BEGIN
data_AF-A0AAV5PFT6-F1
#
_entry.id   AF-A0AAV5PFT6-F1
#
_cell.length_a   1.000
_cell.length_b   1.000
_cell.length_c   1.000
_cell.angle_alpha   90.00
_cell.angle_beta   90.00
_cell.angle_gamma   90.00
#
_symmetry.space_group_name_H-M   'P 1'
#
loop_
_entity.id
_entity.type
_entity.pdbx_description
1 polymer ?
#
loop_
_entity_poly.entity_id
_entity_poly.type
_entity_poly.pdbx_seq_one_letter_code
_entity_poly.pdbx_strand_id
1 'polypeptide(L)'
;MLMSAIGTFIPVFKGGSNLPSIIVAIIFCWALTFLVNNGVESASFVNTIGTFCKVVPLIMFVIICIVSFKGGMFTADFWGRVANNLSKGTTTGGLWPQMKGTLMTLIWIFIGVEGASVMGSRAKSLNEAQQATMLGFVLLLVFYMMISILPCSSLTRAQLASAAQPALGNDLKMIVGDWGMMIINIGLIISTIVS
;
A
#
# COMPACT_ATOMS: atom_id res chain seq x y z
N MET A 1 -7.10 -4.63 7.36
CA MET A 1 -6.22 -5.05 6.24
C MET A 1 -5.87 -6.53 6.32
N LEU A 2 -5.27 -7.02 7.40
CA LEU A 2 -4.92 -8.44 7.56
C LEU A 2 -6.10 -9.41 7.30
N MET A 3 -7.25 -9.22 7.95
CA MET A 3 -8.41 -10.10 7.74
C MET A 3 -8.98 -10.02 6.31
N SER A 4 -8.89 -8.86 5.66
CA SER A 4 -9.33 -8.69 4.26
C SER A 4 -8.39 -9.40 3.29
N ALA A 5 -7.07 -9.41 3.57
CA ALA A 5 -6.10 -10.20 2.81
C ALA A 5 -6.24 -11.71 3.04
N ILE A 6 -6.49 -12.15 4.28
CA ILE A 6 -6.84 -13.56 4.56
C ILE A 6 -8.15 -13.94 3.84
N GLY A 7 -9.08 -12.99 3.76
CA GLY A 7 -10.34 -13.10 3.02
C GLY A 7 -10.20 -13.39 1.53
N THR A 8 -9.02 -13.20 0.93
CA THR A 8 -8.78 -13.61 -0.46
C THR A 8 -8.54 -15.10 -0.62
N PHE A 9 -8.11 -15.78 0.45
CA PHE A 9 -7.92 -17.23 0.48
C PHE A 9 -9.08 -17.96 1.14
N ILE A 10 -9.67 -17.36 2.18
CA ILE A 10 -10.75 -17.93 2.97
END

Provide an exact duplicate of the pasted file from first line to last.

data_AF-A0AAV5PFT6-F1
#
_entry.id   AF-A0AAV5PFT6-F1
#
_cell.length_a   1.000
_cell.length_b   1.000
_cell.length_c   1.000
_cell.angle_alpha   90.00
_cell.angle_beta   90.00
_cell.angle_gamma   90.00
#
_symmetry.space_group_name_H-M   'P 1'
#
loop_
_entity.id
_entity.type
_entity.pdbx_description
1 polymer ?
#
loop_
_entity_poly.entity_id
_entity_poly.type
_entity_poly.pdbx_seq_one_letter_code
_entity_poly.pdbx_strand_id
1 'polypeptide(L)'
;MLMSAIGTFIPVFKGGSNLPSIIVAIIFCWALTFLVNNGVESASFVNTIGTFCKVVPLIMFVIICIVSFKGGMFTADFWGRVANNLSKGTTTGGLWPQMKGTLMTLIWIFIGVEGASVMGSRAKSLNEAQQATMLGFVLLLVFYMMISILPCSSLTRAQLASAAQPALGNDLKMIVGDWGMMIINIGLIISTIVS
;
A
#
# COMPACT_ATOMS: atom_id res chain seq x y z
N MET A 1 -7.10 -4.63 7.36
CA MET A 1 -6.22 -5.05 6.24
C MET A 1 -5.87 -6.53 6.32
N LEU A 2 -5.27 -7.02 7.40
CA LEU A 2 -4.92 -8.44 7.56
C LEU A 2 -6.10 -9.41 7.30
N MET A 3 -7.25 -9.22 7.95
CA MET A 3 -8.41 -10.10 7.74
C MET A 3 -8.98 -10.02 6.31
N SER A 4 -8.89 -8.86 5.66
CA SER A 4 -9.33 -8.69 4.26
C SER A 4 -8.39 -9.40 3.29
N ALA A 5 -7.07 -9.41 3.57
CA ALA A 5 -6.10 -10.20 2.81
C ALA A 5 -6.24 -11.71 3.04
N ILE A 6 -6.49 -12.15 4.28
CA ILE A 6 -6.84 -13.56 4.56
C ILE A 6 -8.15 -13.94 3.84
N GLY A 7 -9.08 -12.99 3.76
CA GLY A 7 -10.34 -13.10 3.02
C GLY A 7 -10.20 -13.39 1.53
N THR A 8 -9.02 -13.20 0.93
CA THR A 8 -8.78 -13.61 -0.46
C THR A 8 -8.54 -15.10 -0.62
N PHE A 9 -8.11 -15.78 0.45
CA PHE A 9 -7.92 -17.23 0.48
C PHE A 9 -9.08 -17.96 1.14
N ILE A 10 -9.67 -17.36 2.18
CA ILE A 10 -10.75 -17.93 2.97